Writing a poem about memory and then showing (here, in ‘real time’) a section of the poem dealing with one of the memories contained in it that’s a full seasonal cycle (spring then, autumn now) later than when it was written, and seven years later than the remembered occasion (in summer) with the Australian poet Barry Hill and his wife the singer Rose Bygrave at Colabassa in 2005 – what’s ‘going on’ here?
And then, inside these foldings of time, is the memory contained in the song Rosie sang that afternoon after a long, cheerful, nattering lunch, to thank the women in the kitchen who’d loaded our table with food and wine; and the memory contained in the song the women sang back, which had (has) remained current over several centuries.
David Shields describes memory as ‘the past rewritten in the direction of feeling’.
The first day of spring arrives
with the sound of the Link bus
(it’s green) whooshing past the end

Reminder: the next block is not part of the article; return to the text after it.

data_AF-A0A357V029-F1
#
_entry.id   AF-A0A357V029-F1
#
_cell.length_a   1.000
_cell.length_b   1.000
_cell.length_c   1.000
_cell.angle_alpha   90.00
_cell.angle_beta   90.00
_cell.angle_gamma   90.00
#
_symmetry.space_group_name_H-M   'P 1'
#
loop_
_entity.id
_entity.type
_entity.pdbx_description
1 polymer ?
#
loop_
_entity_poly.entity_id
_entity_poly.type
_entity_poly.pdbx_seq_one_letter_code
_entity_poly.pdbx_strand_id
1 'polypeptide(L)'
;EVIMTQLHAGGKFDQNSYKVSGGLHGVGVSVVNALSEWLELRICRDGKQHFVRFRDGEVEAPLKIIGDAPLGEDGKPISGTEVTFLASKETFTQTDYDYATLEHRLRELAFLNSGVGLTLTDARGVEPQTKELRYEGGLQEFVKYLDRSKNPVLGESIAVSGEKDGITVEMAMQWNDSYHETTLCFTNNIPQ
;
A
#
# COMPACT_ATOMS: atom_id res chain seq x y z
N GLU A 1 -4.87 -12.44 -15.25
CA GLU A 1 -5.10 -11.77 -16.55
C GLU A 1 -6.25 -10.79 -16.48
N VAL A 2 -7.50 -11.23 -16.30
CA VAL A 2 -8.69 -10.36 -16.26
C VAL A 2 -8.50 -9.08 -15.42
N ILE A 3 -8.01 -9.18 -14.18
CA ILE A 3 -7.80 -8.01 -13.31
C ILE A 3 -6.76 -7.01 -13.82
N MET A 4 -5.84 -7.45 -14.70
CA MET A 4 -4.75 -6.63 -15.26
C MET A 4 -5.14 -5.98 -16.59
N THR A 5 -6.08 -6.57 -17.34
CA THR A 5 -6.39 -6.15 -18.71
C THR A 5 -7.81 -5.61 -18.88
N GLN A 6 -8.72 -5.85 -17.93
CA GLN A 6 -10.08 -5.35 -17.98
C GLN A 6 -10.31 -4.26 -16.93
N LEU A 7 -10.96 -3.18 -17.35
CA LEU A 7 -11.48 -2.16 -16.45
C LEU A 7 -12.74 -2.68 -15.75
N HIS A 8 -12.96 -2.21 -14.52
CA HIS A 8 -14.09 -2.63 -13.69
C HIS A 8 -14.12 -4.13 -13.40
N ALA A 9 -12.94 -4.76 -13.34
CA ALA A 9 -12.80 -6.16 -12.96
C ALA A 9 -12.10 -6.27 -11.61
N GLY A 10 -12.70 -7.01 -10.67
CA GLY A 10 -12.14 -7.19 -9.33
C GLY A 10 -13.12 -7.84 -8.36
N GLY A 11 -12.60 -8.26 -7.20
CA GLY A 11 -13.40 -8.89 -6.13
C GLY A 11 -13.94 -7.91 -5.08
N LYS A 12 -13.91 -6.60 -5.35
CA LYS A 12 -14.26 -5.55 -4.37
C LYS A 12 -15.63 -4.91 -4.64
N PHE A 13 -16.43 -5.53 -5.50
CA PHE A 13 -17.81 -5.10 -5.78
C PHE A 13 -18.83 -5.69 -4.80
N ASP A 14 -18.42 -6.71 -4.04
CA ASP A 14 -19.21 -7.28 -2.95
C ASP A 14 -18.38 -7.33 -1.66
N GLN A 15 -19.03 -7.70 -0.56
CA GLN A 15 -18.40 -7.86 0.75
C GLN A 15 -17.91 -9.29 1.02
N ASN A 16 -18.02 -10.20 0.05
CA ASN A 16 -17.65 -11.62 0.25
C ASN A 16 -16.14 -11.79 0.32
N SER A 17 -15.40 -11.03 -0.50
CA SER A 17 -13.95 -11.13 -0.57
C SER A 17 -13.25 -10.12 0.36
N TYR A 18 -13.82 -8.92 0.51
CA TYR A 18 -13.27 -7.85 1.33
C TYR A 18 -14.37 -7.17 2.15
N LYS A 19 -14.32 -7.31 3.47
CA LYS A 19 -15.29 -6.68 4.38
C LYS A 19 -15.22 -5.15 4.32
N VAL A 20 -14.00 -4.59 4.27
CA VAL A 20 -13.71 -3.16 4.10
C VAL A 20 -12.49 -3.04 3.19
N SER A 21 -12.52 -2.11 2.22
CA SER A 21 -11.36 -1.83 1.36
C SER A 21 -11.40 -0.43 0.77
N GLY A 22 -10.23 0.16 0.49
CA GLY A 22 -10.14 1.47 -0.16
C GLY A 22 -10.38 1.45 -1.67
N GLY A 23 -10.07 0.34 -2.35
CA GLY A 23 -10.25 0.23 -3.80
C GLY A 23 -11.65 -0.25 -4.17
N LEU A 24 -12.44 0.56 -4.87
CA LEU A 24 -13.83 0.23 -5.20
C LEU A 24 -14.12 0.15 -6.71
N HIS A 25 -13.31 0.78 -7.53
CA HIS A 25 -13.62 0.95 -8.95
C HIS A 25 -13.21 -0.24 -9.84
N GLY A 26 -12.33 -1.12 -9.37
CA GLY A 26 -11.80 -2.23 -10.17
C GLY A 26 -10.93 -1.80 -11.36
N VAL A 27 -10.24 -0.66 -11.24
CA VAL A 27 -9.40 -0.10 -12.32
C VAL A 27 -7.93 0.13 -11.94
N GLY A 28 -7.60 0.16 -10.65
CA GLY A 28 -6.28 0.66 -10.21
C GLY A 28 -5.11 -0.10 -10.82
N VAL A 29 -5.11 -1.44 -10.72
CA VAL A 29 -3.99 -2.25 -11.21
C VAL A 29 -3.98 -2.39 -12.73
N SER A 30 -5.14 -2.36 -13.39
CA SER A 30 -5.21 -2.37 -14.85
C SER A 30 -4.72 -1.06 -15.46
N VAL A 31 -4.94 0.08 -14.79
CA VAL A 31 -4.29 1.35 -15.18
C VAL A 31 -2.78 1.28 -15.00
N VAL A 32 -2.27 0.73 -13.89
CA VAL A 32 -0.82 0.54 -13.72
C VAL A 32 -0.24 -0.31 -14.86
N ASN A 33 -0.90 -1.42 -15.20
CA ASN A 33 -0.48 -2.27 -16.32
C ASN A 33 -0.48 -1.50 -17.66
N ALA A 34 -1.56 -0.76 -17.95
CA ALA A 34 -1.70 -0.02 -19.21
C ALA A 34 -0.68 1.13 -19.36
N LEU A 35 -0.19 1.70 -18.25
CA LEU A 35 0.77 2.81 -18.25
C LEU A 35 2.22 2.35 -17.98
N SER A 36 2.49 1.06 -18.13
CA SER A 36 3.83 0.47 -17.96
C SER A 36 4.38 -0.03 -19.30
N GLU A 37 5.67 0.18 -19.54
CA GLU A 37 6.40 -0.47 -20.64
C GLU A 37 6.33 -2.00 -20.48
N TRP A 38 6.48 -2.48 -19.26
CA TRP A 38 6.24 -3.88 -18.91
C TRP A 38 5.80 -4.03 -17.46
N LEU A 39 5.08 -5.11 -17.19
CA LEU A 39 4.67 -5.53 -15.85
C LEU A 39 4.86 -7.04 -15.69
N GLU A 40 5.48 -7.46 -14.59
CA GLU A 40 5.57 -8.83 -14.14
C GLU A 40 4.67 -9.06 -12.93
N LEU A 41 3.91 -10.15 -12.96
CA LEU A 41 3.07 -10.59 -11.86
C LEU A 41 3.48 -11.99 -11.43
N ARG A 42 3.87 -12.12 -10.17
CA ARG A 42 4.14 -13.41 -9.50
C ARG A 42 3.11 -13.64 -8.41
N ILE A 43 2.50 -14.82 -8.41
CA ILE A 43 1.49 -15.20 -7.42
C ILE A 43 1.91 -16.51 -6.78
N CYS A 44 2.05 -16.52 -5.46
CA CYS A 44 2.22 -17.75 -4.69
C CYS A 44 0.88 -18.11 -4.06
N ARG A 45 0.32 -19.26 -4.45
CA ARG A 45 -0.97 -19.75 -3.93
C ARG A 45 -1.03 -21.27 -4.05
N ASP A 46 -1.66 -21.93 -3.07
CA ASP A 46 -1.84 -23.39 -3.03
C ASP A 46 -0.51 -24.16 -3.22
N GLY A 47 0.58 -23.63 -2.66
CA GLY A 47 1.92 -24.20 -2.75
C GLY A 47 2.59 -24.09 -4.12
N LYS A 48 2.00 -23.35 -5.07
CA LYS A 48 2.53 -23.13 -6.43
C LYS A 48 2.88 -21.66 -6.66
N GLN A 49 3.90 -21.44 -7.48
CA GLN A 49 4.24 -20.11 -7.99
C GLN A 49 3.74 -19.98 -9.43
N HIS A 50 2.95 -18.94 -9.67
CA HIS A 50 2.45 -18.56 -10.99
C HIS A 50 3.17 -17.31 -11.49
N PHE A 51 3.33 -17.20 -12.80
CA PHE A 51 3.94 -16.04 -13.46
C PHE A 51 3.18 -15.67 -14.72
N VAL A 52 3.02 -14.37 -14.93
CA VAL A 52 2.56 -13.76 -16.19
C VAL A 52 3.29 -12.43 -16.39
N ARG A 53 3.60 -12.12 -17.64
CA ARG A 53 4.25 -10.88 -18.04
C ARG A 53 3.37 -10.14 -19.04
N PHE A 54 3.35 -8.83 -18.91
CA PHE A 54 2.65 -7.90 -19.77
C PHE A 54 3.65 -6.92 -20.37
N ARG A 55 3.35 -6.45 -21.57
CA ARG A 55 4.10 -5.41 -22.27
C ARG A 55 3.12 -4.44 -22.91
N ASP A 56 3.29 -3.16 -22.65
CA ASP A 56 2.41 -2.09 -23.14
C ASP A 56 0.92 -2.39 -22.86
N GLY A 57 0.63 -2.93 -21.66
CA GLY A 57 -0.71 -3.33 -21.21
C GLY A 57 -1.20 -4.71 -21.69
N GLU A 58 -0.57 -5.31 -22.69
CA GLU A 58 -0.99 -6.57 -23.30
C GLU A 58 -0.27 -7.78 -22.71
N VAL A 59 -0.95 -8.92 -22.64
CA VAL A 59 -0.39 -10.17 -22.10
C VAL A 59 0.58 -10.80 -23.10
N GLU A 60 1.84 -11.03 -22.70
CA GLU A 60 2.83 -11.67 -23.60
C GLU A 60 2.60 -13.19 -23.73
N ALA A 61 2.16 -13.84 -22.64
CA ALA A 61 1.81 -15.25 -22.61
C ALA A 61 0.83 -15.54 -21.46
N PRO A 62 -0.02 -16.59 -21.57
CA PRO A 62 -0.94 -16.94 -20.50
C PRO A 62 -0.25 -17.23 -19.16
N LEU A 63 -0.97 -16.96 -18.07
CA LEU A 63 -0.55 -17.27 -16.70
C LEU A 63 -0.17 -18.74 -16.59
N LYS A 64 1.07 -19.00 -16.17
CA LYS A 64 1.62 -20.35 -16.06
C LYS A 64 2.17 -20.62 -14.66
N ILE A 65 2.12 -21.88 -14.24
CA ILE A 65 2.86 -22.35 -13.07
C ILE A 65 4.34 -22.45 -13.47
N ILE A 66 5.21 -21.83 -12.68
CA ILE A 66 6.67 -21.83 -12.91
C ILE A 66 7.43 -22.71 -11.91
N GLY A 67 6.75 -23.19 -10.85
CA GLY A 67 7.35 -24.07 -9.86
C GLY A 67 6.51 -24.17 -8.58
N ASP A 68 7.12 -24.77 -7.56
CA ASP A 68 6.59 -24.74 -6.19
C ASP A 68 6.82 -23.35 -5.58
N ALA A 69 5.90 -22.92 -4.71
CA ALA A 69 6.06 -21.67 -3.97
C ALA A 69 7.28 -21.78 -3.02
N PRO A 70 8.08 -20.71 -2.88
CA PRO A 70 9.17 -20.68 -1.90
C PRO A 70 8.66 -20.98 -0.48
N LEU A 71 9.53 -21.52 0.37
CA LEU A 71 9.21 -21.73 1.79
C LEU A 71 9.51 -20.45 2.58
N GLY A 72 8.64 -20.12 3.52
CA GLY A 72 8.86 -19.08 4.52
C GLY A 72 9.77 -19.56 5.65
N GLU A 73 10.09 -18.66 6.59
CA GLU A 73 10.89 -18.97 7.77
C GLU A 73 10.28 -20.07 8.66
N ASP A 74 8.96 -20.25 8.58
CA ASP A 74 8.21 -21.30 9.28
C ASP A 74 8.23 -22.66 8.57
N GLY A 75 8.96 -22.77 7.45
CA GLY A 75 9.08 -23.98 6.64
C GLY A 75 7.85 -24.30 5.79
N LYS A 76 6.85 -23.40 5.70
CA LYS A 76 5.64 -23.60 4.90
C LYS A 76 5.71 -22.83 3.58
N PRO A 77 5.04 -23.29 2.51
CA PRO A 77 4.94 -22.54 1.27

of our street, past the early
risers at Cartune Auto
who begin to sing in the
rain as their roller door clangs
open – soon, I pass them as
I cross the parking lot at
the back of the post office
where I tap in secret
code on the keypad, unlock
our box, and lo! A gift for
the first day of spring, two books
sent from the beautiful house
above Swan Bay in Queenscliff,
where Baz and Rosie live in
rooms full of songs. What about
that time we finished lunch at
Collabassa, when Rosie
went back to the kitchen and
brought the women out, and sang
for them, Deep in my heart and
deep in my soul, and then they
sang back with glasses raised, a
song about the utter use-
lessness of men, how they crowed
at dawn but were crestfallen
by the time their lunch was served.